There is an interesting attempt to apply ideas from information theory to give some precision to statements that the universe is “complex” but its laws are “simple”.  Since I don’t know anything about information theory, I enjoyed these parts of the book.

The Mind of God is intended for readers with no physics or philosophy background, but missing information is filled in succinctly enough to avoid boring other readers.

Book review: The Dappled World

The Dappled World:  A Study of the Boundaries of Science
by Nancy Cartwright (1999)

Cartwright proposes that we are led astray by our expectation that the world is united under a small number of laws.  She thinks it more likely that the world is a patchwork of distinct natures, each with its own regularities.  Predictive laws can only be applied when one has a “nomological machine”, meaning (so far as I can tell) an isolated system where all forces take one of the expected forms.  If one takes seriously the Aristotelian claim that the world is governed by natures rather than a fundamental law, arguably this is what one would expect.

Usually, when one imagines laws of physics breaking down, the idea is that they fail in some untested regime, such as very high energy.  Cartwright appears to be more interested in the idea that they would fail for untested functional forms.  For example, one’s dynamical laws may work for a quadratic but not a quartic potential.  It would be hard to rule out such a possibility, but none of the cases considered in the book pose particular difficulty for the “fundamentalist”, as Cartwright calls believers in unified laws.  Take her example of predicting where a thousand dollar bill carried by the wind will land.  Because we don’t know the exact initial conditions of bill or air, we should consider our initial state as a distribution in some vast state space evolving according to a sort of Liouville equation.  Such a calculation would correctly predict that the bill may fall anywhere in a wide area.  (A full calculation of this sort would be unfeasible, but a sense of the range of possible behavior could easily be gotten by numerically evolving the fluid+bill surface equations for, say, a dozen initial states within the range of uncertainty.)  Just because Newtonian mechanics is uninformative in such cases doesn’t make it wrong.  A more central example in the book is the BCS theory of superconductivity.  Cartwright makes a great deal of the the fact that the BCS Hamiltonian operator is a combination of what one might call “stock components”.  I agree that this illustrates well something about how modeling really works in physics, that in practice one does not start with the most general, fundamental action principle and then start approximating or dropping terms to get to one’s desired system.  However, the message is not that quantum mechanics has some problem with more general Hamiltonians, but that the goal is to capture the essence of superconductivity, so inessential and particularizing details have been dropped.  And it’s easy to see why certain components (esp. quadratic potentials) would be expected to appear in many contexts, as Cartwright acknowledges.  None of this is to say that she is wrong, but the fundamentalist position remains viable.  (Making it explicit and putting it into question, though, can only be good.)qw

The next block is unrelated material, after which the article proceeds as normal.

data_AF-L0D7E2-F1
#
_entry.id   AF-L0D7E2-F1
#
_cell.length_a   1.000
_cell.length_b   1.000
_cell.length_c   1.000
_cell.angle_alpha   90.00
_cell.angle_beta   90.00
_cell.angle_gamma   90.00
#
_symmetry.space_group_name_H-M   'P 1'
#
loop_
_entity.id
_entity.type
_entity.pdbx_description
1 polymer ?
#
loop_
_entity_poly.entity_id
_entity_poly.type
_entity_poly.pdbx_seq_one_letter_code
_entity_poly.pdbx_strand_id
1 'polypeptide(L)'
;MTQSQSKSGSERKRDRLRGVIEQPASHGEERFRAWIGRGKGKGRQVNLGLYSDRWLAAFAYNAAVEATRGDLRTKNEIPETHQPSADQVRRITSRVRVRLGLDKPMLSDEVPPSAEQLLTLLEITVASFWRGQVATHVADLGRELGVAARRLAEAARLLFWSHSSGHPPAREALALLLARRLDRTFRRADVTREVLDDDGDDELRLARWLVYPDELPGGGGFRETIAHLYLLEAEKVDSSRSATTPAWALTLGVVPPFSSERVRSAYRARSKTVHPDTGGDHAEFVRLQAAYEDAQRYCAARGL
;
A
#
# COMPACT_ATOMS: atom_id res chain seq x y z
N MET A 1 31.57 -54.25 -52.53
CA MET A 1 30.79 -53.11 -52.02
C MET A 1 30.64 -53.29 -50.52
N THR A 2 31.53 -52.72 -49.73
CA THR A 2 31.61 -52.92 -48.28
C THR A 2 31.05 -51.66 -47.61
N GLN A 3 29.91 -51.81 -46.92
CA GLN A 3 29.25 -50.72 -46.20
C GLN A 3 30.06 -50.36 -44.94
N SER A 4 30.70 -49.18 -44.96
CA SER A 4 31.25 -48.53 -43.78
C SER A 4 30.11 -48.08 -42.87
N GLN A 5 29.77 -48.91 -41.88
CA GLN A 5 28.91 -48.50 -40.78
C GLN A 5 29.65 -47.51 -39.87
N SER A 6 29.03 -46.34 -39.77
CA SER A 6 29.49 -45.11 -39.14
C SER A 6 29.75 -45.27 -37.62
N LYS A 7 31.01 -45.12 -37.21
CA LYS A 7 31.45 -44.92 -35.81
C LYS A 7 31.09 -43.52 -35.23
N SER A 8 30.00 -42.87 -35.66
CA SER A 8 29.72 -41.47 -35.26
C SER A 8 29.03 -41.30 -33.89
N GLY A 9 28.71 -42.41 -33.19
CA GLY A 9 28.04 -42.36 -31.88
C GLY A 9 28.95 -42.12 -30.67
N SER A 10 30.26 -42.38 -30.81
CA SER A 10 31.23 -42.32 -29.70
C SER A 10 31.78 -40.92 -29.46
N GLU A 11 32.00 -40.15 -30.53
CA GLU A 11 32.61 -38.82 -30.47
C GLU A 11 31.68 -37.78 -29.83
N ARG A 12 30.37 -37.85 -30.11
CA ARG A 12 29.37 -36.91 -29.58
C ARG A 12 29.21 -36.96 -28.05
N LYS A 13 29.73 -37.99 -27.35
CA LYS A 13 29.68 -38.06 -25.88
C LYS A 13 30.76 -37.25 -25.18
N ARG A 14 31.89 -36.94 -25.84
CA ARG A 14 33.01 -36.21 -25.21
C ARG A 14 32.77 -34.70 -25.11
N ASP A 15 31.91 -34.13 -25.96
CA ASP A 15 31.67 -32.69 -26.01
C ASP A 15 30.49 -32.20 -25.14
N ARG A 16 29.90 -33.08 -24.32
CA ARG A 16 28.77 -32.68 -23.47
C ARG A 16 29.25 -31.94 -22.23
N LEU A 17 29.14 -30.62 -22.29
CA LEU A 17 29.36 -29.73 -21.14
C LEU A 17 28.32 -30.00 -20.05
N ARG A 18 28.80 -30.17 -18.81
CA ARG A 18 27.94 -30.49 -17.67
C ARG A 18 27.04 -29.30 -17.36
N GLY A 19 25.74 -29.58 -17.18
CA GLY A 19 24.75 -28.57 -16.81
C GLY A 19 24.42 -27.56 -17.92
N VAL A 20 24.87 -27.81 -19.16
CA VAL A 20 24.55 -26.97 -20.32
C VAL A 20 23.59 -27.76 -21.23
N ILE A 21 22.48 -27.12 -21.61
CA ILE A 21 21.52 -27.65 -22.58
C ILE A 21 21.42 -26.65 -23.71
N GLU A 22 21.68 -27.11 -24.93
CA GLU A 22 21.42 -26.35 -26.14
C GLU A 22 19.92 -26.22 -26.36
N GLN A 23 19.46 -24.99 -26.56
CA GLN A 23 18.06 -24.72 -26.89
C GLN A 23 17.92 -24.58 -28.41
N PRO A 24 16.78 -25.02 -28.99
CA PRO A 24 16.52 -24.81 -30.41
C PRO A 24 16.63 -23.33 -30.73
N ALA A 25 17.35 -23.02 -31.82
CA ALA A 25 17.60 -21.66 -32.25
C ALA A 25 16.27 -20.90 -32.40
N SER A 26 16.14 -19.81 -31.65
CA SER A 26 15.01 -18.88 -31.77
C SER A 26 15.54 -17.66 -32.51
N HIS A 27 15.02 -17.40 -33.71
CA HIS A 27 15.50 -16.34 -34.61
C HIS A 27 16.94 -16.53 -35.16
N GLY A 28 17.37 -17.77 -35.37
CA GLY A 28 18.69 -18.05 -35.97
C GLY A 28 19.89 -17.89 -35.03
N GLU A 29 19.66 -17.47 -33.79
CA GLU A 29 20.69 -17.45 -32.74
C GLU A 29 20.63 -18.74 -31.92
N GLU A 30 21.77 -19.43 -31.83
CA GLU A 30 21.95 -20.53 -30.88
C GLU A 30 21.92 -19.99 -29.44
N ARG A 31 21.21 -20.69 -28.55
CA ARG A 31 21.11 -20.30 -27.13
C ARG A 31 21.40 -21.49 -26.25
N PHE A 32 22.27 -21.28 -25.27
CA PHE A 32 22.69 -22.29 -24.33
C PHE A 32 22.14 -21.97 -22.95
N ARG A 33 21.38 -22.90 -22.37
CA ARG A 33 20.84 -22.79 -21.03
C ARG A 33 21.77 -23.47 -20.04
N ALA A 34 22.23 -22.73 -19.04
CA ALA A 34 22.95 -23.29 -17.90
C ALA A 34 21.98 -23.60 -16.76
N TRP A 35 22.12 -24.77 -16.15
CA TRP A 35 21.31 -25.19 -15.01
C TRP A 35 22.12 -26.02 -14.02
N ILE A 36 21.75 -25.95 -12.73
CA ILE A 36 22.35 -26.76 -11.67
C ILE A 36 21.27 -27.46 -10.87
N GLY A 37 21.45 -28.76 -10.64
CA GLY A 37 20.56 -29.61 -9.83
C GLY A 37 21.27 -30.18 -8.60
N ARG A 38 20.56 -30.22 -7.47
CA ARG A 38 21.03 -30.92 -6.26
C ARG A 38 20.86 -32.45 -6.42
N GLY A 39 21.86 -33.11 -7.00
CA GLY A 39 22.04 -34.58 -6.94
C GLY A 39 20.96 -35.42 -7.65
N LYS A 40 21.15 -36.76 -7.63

Cartwright argues that the way scientists go about their business assumes an Aristotelian multitude of natural capacities and does not fit with Hume’s model of laws as a summary of observed regularities.  She points out that charges moving according to, say, the Coulomb electrostatic force never exactly happens.  The electrostatic force rather describes a tendency, a “what would have happened” if other effects had not been present.  The book then gives an intriguing discussion of Goethe’s criticisms of Newton, arguing that the success of Newton’s optical experiments is more consistent with an Aristotelian world of discrete natures than with Goethe’s more holistic world.

The book ends with some speculations on the relation between classical and quantum mechanics.  Cartwright proposes a sort of property dualism for the physical world, in which systems might have both quantum and classical properties, which presumably would have to interact somehow.